A bill that would prohibit the use of public funds for most abortions became law in Oklahoma after Democratic Governor Brad Henry failed to veto the bill before a deadline.
Henry had until midnight Wednesday to make his decision, according to a Reuters report. The bill passed the Republican-controlled Oklahoma House, 77-19, and made it through the Oklahoma Senate, although by a narrower margin. An aide to Henry, referring to the Governor’s failure to veto, noted that “If the Governor doesn’t act, it becomes law.”
Reuters notes that Henry had vetoed a previous bill because it did not allow for any exceptions to the ban on publicly funded abortions. The new bill allows an exception for pregnancies caused by rape or incest, but only if the victim reports the crime to the police. The Associated Press, in a parallel report, noted that medical professionals had opposed the earlier bill because it would have restricted them too severely in dealing with pregnant women, including even mentioning abortion as an option.
The reception to the bill’s passage is mixed. Social conservatives, who have long desired some restrictions on abortion, are pleased. Women’s rights groups can be expected to use the courts to challenge the new law, feeling that women, not the state, should make decisions regarding abortion.
One consequence of the law may be a decrease in the hospitals who can perform abortions in Oklahoma. Reuters quotes Linda Gray Murphy, a lobbyist with the National Association of Social Workers: “Virtually every hospital in the state of Oklahoma will no longer be allowed to do it (perform abortions). If you live in rural Oklahoma, your hospital probably receives state funding.”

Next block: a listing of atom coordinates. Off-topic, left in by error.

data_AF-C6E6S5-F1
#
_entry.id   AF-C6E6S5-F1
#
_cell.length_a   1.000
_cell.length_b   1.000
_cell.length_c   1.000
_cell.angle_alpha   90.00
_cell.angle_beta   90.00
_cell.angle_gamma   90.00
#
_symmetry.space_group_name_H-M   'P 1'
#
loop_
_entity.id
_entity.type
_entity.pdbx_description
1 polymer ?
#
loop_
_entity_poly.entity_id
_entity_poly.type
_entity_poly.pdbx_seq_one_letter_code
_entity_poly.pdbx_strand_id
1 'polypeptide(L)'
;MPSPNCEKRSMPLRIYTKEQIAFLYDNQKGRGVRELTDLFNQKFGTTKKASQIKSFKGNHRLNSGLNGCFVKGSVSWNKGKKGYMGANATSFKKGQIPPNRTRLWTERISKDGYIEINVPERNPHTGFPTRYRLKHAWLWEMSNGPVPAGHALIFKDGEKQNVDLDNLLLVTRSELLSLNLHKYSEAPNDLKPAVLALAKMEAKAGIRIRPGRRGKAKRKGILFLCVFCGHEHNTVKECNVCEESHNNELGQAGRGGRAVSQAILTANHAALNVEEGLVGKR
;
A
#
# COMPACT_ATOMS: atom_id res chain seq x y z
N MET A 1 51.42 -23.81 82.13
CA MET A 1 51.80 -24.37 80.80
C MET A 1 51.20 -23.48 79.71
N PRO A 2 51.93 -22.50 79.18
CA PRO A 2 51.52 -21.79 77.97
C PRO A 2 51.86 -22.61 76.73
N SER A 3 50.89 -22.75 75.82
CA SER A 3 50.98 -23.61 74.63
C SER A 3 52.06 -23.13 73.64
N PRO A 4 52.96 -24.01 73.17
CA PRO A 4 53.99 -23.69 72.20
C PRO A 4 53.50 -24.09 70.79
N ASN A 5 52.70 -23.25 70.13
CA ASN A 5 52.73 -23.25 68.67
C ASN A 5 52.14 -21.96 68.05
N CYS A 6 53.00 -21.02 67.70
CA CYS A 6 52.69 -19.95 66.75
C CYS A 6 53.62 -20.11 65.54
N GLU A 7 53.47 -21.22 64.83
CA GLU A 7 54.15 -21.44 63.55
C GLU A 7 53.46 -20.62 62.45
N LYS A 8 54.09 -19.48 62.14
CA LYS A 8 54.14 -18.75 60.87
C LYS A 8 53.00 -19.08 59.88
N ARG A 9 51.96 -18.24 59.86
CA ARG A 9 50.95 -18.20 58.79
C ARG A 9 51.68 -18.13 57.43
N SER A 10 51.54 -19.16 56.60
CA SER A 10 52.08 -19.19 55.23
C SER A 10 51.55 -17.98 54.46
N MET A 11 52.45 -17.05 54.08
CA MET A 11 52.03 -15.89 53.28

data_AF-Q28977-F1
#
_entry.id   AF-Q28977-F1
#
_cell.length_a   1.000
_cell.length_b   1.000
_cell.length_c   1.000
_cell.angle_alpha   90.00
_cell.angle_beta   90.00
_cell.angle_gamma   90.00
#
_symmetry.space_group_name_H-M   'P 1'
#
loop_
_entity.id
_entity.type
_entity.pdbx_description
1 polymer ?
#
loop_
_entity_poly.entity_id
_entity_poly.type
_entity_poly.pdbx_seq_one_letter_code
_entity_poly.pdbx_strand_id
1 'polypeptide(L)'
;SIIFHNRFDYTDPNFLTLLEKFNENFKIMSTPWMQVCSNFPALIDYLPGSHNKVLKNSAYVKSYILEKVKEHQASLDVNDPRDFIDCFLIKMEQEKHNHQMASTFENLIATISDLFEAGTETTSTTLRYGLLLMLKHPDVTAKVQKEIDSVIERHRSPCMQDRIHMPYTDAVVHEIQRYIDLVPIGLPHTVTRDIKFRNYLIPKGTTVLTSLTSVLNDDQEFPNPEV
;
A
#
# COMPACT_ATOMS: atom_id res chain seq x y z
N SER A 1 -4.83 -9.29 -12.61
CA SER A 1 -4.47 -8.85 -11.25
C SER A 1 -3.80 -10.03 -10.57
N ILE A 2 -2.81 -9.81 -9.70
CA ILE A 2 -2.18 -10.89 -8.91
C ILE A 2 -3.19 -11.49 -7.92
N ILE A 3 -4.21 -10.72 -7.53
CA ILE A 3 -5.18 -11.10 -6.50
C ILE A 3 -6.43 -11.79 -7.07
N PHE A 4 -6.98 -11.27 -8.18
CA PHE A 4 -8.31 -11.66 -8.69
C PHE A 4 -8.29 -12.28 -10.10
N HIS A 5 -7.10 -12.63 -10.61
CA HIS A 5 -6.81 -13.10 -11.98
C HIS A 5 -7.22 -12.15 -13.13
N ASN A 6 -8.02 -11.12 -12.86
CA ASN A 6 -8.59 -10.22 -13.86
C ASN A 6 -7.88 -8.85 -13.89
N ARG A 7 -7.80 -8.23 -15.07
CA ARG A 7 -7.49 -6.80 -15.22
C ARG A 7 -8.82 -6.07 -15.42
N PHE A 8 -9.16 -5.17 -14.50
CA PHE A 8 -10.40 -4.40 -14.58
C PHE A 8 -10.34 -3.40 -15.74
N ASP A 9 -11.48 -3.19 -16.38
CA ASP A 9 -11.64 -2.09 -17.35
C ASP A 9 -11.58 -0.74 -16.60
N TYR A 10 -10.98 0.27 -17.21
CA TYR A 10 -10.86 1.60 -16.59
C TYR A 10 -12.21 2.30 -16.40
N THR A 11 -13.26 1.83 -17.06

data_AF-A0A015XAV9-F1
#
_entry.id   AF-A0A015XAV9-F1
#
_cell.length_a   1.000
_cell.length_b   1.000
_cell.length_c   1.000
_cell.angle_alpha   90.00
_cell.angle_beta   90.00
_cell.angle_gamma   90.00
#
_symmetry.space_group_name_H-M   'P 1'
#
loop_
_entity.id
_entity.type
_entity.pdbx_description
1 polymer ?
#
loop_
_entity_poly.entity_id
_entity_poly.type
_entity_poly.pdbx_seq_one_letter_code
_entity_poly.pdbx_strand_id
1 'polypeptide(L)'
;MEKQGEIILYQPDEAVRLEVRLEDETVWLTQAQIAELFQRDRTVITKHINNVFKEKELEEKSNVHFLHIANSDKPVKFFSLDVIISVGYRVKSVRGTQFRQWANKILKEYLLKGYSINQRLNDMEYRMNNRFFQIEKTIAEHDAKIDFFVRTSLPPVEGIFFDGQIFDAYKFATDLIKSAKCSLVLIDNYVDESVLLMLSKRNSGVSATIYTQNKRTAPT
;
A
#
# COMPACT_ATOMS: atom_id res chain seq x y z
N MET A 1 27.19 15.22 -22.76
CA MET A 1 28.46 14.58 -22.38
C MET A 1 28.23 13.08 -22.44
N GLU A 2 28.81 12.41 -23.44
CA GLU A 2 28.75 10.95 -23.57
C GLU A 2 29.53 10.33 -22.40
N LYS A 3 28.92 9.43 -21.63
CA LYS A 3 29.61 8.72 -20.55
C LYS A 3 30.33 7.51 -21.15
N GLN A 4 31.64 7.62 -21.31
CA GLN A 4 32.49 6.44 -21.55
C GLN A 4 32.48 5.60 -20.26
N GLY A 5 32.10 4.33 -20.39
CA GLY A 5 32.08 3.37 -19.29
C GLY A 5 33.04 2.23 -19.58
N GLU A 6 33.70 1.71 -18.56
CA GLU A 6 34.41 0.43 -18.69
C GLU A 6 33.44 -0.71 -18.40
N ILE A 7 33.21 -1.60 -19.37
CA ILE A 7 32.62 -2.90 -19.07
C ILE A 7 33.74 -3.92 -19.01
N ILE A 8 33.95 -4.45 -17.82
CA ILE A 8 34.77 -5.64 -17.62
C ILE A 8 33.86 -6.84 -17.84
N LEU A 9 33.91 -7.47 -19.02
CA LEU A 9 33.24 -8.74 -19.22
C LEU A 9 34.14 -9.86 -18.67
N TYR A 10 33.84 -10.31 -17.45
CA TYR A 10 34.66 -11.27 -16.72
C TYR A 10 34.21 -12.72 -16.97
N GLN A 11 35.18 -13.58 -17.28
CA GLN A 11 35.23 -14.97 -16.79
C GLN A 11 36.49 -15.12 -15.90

The debate on the bill was emotional at times, with legislators concerned with how the bill would affect pregnant women. Representative Al Lindley, a Democrat, said, according to the Associated Press, “I’m for life, but this is bad public policy.” Representative Jeannie McDaniel, also a Democrat, was concerned that the bill would force some women to make “unhealthy choices.”
Abortion has become a polarizing issue in the United States. Against it are conservative Christians, the Roman Catholic Church, and other religious groups. Polls, however, show that most Americans are in favor of some abortion rights, but oppose specific issues such as late-term abortions.